Thursday, November 15, 2018
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In Her Mother’s Footsteps: ‘Spice Goddess' And Daughter Ground Success In College

Sarah Rossi, 07 Nov, 2018
  • In Her Mother’s Footsteps: ‘Spice Goddess' And Daughter Ground Success In College
When Bal Arneson’s daughter told her she wanted to begin her post-secondary career at college instead of university, Bal was thrilled.
 
 
Known as the Food Network’s “Spice Goddess,” Bal single-handedly created a culinary empire with cookbooks, TV shows and, soon, restaurants.
 
 
Where did she begin her post-secondary career? At college.
 
 
“I went to college first, even though I had the option to go to UBC. I loved the idea of smaller classrooms. You’re not just a number; you’re a person, and you have a better connection with teachers,” Bal recalls.
 
 
Her daughter, Anoop Virk, had her pick of universities – including UBC – but chose Douglas College for the same reasons as her mom.
 
 
“It was a no no-brainer,” says Bal. “We both thought Douglas was the best choice for a smooth transition.”
 
 
A graduate of the SFU-Douglas College dual-degree program in International Studies, Anoop, now 25, is a powerhouse in her own right. She acts as producer, business partner, manager and more for her mom.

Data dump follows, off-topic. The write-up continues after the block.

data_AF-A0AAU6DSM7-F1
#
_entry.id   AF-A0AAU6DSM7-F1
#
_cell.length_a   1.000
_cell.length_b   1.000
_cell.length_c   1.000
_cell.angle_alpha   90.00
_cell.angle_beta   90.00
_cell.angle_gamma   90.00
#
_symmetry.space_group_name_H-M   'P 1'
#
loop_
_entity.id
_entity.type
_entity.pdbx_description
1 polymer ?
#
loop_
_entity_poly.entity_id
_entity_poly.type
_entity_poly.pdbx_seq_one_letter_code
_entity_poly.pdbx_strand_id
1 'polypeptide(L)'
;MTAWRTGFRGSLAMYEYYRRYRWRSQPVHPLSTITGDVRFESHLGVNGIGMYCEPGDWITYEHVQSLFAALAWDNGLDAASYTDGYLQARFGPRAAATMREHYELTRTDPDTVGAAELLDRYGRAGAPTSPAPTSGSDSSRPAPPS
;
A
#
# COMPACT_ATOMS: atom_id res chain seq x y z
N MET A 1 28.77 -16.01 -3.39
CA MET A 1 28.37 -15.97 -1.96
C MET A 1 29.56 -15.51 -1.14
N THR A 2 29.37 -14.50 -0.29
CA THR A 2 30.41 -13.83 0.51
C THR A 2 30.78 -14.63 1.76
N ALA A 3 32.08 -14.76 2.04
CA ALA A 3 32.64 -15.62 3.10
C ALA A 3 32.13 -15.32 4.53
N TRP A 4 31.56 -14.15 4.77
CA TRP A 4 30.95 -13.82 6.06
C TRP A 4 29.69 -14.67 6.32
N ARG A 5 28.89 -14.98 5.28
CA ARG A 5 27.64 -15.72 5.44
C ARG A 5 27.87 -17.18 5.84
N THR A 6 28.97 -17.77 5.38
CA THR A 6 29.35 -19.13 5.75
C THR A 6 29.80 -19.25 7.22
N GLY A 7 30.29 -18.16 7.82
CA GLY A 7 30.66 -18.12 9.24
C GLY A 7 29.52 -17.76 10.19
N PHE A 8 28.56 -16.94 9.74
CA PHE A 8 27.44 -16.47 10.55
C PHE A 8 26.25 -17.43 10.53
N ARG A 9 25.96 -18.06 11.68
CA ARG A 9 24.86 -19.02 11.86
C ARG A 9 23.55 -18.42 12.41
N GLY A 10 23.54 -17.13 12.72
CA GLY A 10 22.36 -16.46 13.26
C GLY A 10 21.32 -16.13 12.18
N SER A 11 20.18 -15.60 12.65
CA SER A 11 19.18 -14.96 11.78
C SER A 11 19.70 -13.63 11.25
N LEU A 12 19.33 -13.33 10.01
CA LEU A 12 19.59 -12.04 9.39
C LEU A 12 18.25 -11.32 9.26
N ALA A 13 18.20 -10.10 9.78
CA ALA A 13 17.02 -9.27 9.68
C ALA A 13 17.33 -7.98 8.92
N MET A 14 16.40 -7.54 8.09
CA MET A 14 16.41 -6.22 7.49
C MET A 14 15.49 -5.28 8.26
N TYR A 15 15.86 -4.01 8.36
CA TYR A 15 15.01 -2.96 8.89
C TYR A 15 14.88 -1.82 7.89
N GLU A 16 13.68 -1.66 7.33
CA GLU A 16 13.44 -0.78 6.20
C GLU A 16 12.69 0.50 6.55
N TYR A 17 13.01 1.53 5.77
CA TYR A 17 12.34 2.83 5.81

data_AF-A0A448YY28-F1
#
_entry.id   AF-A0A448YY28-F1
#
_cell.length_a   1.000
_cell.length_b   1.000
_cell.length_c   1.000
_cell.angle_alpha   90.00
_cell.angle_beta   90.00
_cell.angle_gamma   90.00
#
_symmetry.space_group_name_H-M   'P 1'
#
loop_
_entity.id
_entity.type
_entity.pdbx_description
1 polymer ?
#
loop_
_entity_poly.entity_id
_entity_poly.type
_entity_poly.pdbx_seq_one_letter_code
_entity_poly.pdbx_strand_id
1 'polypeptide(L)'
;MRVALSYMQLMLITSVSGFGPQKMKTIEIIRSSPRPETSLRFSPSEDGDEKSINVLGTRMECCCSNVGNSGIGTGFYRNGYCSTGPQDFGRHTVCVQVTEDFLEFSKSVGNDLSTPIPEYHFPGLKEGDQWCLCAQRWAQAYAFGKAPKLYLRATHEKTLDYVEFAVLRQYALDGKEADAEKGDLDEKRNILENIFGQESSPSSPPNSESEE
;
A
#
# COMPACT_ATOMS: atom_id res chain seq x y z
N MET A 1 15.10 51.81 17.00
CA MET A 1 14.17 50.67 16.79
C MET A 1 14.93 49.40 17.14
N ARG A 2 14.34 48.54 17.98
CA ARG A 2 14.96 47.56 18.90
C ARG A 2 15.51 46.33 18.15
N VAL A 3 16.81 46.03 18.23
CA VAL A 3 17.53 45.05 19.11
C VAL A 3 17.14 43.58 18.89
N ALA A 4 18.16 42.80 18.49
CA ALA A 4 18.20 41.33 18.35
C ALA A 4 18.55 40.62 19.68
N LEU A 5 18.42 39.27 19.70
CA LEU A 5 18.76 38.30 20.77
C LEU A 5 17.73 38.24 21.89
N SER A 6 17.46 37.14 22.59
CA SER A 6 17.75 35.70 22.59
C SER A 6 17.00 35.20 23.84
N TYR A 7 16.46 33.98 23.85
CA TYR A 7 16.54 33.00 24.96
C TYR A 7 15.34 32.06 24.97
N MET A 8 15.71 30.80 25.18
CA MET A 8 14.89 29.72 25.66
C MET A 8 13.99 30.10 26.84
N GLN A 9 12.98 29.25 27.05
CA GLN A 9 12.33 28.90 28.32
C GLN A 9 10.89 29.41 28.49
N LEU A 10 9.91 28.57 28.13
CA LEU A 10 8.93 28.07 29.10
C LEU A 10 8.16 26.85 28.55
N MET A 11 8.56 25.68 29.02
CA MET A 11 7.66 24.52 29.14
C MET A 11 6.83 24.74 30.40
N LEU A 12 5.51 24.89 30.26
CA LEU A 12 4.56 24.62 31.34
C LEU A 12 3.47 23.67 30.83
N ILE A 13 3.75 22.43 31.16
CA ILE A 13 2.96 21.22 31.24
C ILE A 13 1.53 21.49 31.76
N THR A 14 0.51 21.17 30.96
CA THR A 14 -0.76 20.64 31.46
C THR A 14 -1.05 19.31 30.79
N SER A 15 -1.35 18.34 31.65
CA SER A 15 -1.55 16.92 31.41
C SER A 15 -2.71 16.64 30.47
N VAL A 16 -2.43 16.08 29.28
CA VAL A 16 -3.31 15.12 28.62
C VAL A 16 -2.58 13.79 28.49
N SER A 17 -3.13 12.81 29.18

She founded a project that builds schools in Zambia, whose student body is mandated at 50 percent girls, and she runs a blog and web series, Project Women Warriors, which highlights strong local women.
 
 
To top it all off, Anoop is the first – and only – female producer for TEDxVancouver.
 
 
She credits Douglas with helping her succeed.
 
 
“Douglas College helped me so much with my personal development. I had the opportunity to get involved on campus, make connections and even now, the people I met at Douglas are still cheering me on with each milestone,” Anoop says. “I don’t think I’d be where I am now if I hadn’t gone to Douglas.”
 
Photo credit:  Jerald Walliser

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